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Politics / Issues
Get the latest coverage of the 2021 Florida legislative session in Tallahassee from our coverage partners and WUSF.

Florida Anti-Riot Bill In DeSantis’ Hands

four men standing wearing black t-shirts
News Service of Florida
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Members of the Senate Democratic Caucus wear black T-shirts to protest the passage of a sweeping law-and-order package that would create a new crime of “mob intimidation,” enhance riot-related penalties and impose new sanctions when monuments or statues are destroyed.

DeSantis and other Republicans say the bill cracks down on violent protests, but Democrats and civil-rights groups argue it will infringe on First Amendment rights.

Gov. Ron DeSantis will have until April 23 to sign a controversial law-and-order bill that is one of his top priorities for the legislative session.

DeSantis formally received the bill (HB 1) from the Legislature on Friday, a day after it got final approval from the Senate. He announced a framework for the legislation in September, after protests across the nation in the aftermath of the May death of George Floyd, a 36-year-old Black man who died after then-Minneapolis police officer Derek Chauvin kneeled on Floyd’s neck for at least eight minutes.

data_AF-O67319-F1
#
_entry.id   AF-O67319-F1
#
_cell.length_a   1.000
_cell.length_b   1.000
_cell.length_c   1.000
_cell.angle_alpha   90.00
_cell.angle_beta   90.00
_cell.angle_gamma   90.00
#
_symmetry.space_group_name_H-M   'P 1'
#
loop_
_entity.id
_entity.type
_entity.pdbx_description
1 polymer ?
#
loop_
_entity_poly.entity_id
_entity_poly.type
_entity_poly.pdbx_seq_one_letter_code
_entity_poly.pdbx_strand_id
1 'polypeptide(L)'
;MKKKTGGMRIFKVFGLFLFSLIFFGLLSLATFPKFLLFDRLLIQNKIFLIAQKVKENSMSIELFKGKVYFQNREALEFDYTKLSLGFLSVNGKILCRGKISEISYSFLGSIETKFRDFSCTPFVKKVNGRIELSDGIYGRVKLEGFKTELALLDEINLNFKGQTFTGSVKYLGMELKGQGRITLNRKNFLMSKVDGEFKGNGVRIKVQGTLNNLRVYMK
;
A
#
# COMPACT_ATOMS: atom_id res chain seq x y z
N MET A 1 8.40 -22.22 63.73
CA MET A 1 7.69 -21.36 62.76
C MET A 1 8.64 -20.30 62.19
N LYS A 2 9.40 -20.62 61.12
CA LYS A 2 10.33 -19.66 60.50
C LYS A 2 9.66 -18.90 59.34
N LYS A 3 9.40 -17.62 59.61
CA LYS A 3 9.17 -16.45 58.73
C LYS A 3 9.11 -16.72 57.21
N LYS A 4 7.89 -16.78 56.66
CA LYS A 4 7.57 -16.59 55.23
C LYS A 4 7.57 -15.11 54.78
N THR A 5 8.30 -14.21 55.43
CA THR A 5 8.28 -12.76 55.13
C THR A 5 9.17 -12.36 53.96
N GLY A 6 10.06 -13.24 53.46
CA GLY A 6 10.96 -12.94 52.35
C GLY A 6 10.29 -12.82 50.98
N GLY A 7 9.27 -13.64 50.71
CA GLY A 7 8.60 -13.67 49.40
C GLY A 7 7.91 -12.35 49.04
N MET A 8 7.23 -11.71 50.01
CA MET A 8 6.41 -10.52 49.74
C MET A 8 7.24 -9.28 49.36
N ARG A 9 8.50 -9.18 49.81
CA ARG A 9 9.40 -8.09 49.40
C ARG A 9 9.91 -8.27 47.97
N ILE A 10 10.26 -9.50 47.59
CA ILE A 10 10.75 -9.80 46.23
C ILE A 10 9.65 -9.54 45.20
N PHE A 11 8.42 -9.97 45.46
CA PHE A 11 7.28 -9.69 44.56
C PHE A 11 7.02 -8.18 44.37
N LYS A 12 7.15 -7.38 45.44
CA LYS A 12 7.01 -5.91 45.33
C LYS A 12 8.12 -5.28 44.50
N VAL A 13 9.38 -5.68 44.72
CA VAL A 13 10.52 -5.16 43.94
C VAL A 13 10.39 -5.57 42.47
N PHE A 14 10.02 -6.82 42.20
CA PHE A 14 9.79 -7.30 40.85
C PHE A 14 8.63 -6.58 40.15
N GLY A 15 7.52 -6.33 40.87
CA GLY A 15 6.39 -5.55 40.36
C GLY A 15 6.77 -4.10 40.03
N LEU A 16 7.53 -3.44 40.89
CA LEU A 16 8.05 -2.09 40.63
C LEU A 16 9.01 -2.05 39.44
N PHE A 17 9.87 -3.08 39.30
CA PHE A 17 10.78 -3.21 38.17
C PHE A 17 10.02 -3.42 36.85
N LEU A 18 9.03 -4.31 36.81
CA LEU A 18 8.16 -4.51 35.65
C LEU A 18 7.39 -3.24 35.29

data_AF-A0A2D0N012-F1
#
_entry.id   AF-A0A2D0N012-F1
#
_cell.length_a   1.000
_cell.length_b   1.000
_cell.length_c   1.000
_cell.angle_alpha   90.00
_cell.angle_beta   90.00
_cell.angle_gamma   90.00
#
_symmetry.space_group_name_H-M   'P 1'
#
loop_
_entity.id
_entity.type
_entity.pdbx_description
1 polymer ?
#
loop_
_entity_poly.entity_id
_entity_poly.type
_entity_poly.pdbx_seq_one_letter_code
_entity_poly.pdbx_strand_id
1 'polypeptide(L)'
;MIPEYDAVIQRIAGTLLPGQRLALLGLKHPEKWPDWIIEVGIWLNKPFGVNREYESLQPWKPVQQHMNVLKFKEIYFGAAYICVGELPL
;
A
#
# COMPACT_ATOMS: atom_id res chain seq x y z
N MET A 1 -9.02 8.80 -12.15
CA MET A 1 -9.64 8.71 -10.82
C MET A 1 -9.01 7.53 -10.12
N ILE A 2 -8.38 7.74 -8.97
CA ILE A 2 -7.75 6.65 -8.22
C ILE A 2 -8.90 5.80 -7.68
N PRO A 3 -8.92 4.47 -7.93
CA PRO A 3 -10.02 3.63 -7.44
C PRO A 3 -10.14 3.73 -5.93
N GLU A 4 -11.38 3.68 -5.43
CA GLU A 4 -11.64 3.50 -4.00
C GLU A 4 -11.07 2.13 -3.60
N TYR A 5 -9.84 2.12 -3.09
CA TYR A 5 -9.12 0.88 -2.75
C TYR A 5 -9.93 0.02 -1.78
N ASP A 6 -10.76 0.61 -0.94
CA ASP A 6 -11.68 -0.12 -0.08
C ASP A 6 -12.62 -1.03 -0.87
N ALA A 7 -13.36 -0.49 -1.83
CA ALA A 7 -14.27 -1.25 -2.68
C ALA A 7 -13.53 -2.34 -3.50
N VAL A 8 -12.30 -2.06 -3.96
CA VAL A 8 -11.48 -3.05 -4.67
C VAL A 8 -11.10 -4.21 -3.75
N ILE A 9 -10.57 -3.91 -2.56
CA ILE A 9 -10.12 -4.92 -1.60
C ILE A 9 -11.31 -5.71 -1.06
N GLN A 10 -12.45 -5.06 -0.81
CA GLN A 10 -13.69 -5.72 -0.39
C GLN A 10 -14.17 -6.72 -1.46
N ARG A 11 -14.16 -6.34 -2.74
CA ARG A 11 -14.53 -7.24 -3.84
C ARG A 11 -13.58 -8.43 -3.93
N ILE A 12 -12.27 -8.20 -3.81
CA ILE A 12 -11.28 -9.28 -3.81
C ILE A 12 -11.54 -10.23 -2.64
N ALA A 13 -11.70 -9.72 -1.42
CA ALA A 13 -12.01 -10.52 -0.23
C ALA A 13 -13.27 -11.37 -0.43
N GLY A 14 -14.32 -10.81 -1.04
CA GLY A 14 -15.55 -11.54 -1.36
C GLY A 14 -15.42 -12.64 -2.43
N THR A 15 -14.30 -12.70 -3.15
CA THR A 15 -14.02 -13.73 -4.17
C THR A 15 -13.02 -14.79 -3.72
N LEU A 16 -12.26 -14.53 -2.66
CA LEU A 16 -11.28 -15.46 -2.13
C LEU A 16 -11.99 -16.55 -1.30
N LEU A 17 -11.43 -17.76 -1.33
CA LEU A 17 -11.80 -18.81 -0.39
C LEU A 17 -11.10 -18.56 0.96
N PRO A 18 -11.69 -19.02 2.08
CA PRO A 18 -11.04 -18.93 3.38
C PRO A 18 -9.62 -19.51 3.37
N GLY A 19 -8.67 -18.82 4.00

DeSantis and other Republicans contend the bill is needed to crack down on violent protests, but Democrats and civil-rights groups argue it would infringe on First Amendment rights and disproportionately lead to crackdowns on Black protesters.

The proposal, titled “Combating Public Disorder,” would create a new crime of “mob intimidation,” enhance penalties for riot-related looting and violence and create an affirmative defense for people who injure or kill violent protesters.

During a debate Thursday, Senate sponsor Danny Burgess, R-Zephyrhills, argued that the proposal would not quash First Amendment rights, which include the right to peacefully protest.

“What this bill does not protect is violence,” he said. “Rights have limits, and violence is where the line is drawn. This bill is about preventing violence.”

But Democrats said, in part, that the bill would criminalize protests against racial injustice.

“At its core, House Bill 1 is racist,” Sen. Shevrin Jones, D-West Park, said. “I stand here with my colleagues today, not just mourning the death of our First Amendment rights but also mourning the death of our democracy as it slowly slips away from us.”

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